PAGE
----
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Hall: Change of Command From page 1 standard classrooms, hands-on labs, simulations, as well as computerbased and interactive courseware. Make no mistake, this highly talented staff is instrumental in maintaining the health and relevancy of the Aegis fleet.” Hall was presented his second Legion of Merit for many of his accomplishments at ATRC. Part of the award citation extoled the captain as, “expertly leading his staff of more than 260 military and civilian personnel, he championed computer-based solutions to reinforce student knowledge, retention, and performance through tools, such as the synthetic combat operator trainer, to develop near-term training solutions for Navy integrated fire control-counter air.” McKinley also commented on the future of ATRC under the new leadership. “Capt. Galluch’s background and experience make him a perfect fit for ATRC,” said McKinley. “I look forward to your brilliance and plan on working closely with you to continue the storied legacy of Aegis training.” Galluch said he looks forward to becoming part of the ATRC community. “I am impressed at the capabil-

“ATRC has a superb reputation of providing Sailors to the fleet that are professionally trained and have extremely high military standards. Not every school house can say that, but Capt. Ian Hall can take great pride in this legacy.” — Capt. Bill McKinley

ity and expertise this schoolhouse encompasses and we will continue to provide superior training support to the Fleet,” said Galluch. AEGIS Training and Readiness Center’s mission is to provide enlisted personnel with the knowledge, ability, and skill to operate and maintain the AEGIS Combat System through timely, effective, and integrated training delivered across the Sailors’ careers and provide officers the knowledge, ability, and skill to operate, employ, and assess the readiness of the AEGIS and SSDS combat systems aboard surface warships. ATRC trains the future Surface Force 24 hours a day, five days a week.

«

Top right: Capt. Ian Hall is “piped over the side” after he is relieved from his duties as AEGIS Training and Readiness Center commanding officer during the ATRC Change of Command Ceremony on board Naval Support Facility (U.S. Navy photo by Fire Controlman 1st Class Randy Palmer)

Bottom right: Capt. Pete Galluch, AEGIS Training and Readiness Center’s new commanding officer, Capt. Ian Hall, former ATRC commanding officer, and Capt. Bill McKinley, Center for Surface Combat Systems (CSCS) commanding officer, pose for a photo. Hall was relieved of his duties as commanding officer by Galluch at the ATRC Change of Command ceremony. (U.S. Navy photo by Fire Controlman 1st Class Randy Palmer)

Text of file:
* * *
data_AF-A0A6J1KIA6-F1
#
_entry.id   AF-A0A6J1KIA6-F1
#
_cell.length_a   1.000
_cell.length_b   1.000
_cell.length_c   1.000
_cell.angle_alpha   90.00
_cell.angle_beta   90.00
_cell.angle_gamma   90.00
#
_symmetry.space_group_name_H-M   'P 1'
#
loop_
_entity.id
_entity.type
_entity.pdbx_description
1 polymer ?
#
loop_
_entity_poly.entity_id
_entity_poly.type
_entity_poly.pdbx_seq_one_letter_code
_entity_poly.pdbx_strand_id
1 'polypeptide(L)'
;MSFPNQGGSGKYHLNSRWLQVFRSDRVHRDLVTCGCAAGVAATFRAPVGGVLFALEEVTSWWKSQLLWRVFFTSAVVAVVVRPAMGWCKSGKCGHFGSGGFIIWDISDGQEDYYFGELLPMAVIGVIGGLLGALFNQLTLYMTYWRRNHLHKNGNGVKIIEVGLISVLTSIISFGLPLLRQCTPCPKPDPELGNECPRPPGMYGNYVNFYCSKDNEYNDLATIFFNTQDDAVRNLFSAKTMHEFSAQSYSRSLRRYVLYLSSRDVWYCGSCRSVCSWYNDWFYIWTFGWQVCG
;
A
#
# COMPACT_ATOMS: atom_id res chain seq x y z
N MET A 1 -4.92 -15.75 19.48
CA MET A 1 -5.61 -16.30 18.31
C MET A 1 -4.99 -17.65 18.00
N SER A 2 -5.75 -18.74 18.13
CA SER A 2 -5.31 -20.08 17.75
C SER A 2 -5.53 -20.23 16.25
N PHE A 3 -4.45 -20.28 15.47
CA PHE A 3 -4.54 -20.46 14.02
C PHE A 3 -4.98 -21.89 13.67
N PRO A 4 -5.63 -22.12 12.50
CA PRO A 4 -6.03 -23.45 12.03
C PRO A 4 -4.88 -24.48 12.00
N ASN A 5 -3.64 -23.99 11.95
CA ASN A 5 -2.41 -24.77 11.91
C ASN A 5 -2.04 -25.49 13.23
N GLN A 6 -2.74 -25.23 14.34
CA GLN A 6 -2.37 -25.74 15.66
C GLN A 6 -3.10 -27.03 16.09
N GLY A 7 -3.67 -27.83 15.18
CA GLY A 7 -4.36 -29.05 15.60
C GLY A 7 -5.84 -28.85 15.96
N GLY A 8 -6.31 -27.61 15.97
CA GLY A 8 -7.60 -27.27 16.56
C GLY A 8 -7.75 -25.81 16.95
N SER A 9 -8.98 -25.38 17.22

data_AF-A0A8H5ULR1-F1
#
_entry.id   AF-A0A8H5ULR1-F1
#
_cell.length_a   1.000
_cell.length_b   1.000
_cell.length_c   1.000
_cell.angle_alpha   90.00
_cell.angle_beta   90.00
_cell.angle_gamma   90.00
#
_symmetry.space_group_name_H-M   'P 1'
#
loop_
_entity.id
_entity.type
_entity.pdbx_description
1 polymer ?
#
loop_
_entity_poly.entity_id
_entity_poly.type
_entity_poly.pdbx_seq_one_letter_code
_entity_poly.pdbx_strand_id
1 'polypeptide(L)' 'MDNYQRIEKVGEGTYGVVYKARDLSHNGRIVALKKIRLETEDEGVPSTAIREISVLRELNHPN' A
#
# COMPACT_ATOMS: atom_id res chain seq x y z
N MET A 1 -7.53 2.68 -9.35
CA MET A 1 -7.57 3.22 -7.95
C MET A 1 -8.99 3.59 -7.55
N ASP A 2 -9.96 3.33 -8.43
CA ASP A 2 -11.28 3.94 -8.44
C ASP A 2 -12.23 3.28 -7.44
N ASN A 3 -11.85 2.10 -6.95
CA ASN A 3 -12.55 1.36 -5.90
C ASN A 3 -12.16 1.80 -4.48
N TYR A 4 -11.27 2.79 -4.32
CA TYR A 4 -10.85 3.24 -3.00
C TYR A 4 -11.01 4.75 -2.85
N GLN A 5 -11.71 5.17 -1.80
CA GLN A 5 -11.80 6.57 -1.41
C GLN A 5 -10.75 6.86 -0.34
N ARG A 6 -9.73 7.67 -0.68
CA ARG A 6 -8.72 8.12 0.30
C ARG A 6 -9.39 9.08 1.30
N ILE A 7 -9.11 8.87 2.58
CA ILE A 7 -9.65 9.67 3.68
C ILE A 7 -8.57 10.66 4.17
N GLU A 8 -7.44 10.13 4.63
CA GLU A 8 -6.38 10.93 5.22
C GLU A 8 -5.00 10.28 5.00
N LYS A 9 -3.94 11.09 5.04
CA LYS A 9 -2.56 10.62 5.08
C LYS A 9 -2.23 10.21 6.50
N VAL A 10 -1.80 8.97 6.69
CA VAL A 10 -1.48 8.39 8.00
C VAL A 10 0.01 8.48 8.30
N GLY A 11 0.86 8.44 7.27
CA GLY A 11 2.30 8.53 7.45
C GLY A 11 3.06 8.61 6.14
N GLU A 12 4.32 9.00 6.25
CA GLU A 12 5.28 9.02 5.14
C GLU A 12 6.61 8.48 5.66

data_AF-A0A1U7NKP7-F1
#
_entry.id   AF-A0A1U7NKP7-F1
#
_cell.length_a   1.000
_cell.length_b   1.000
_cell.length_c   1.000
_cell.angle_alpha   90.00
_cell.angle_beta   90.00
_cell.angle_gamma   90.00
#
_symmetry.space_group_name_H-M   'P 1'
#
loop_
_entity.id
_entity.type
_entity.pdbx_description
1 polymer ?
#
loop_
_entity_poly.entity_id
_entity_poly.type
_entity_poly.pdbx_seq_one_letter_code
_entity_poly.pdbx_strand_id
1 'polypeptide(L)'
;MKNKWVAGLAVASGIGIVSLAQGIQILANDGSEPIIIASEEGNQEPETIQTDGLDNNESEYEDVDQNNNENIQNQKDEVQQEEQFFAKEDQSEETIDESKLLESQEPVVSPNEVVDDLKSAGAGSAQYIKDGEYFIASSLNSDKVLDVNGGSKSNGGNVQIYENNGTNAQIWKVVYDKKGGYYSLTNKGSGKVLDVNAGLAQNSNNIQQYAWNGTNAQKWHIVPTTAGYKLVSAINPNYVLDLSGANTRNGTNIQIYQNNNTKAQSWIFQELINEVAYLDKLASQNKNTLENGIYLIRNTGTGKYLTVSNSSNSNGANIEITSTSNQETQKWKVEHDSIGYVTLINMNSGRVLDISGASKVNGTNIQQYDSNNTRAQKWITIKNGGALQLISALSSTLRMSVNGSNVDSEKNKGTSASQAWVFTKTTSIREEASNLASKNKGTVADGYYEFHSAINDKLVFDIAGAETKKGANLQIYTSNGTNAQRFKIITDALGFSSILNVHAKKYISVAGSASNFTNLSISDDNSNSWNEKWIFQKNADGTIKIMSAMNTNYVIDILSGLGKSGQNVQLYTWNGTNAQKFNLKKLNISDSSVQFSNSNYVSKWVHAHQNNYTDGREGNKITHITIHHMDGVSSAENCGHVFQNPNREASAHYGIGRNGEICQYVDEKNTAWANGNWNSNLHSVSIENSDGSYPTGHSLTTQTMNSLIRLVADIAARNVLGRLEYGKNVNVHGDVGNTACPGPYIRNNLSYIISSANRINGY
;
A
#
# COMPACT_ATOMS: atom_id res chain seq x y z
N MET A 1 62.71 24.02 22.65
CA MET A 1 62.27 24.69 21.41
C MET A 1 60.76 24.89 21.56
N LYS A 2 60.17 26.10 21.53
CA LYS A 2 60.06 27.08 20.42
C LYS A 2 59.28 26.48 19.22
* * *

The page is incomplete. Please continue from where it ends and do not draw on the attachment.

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Marty van Duyne/News Net News

Top left: Maranatha Alpaca’s 2-year-old Hosanna gets up close and personal while yearling James continues to snack. Top: Blue Grass band The Believers are the first to perform on the newly dedicated stage. Below: Celebration Stage sits in a natural amphitheater in Pratt Park.

Stafford 350th: Celebration Stage dedicated at Pratt Park Marty van Duyne News Net News Falmouth — Stafford County continued the celebration of its 350th Anniversary by dedicating Celebration Stage at John Lee Pratt Park on June 25.

The stage is nestled near a cluster of tall trees in a natural amphitheater just inside the park’s River Rd. entrance. The permanent structure will provide a location for programs, events, and performing groups.  “The 350th Anniversary Blue Ribbon Committee set out to leave

a lasting mark with our commemoration this year and Celebration Stage will help create that legacy in Stafford,” said Harry Crisp, chair of the committee and former Stafford Supervisor. The grand opening included a family festival in the park and performances on Celebration Stage by The Believers, Riverside Center Children’s Theatre, Winding Creek African Ensemble, Mt. Hope Baptist Choir, Stafford Dance Center, and Stage Door Productions. The dedication was the third major event slated for the county’s 350th Anniversary. Wings and Wheels will take place on Oct. 1 at Stafford Regional Airport. It will commemorate Stafford’s military heritage with flight dem-

onstrations, military exhibits, and a motorcycle and antique car show. Trail to Freedom Tour/Rowser African-American History Wall Opening is scheduled for Nov. 1. The tour commemorates the

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lives, strengths, personal stories, and struggles of Stafford’s African American citizens. 350th Anniversary activities are ongoing throughout the year. Details can be found at www.Stafford350.com.

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july 2014 • THE SOURCE

Downhill run

Racers compete in Soap Box Derby Marty van Duyne News Net News Fredericksburg — It was all downhill for 105 competitors in the 18th Annual Rappahannock Regional Soap Box Derby on June 14. Several area students participated, with three King George youngsters racking up some extra miles close to home before the downhill run on William Street Hill. Lucy, Oscar, and Frank Vendetti practiced for the Derby on the hill that runs from the Journal Press offices to the Community Care Clinic parking lot at the bottom of Journal Pkwy. Their dad, Vince Vendetti said he didn’t gauge the grade of the Journal Pkwy. hill, but noted that William St. is a lot longer and said, “It gave the kids a chance to practice handling the car.” Oscar Vendetti, 11 competed in the Stock Division in car 301 sponsored by Carroll’s Automotive and J’s Cars finishing in the top 8. Lucy Vendetti, 9 also raced in Stocks in car 206 sponsored by Simpson’s Lawn Care and placed in the top 16. Frank Vendetti, 13 raced in Super Stock division in Car 329 sponsored by Roxbury Mills and finished in the top 16.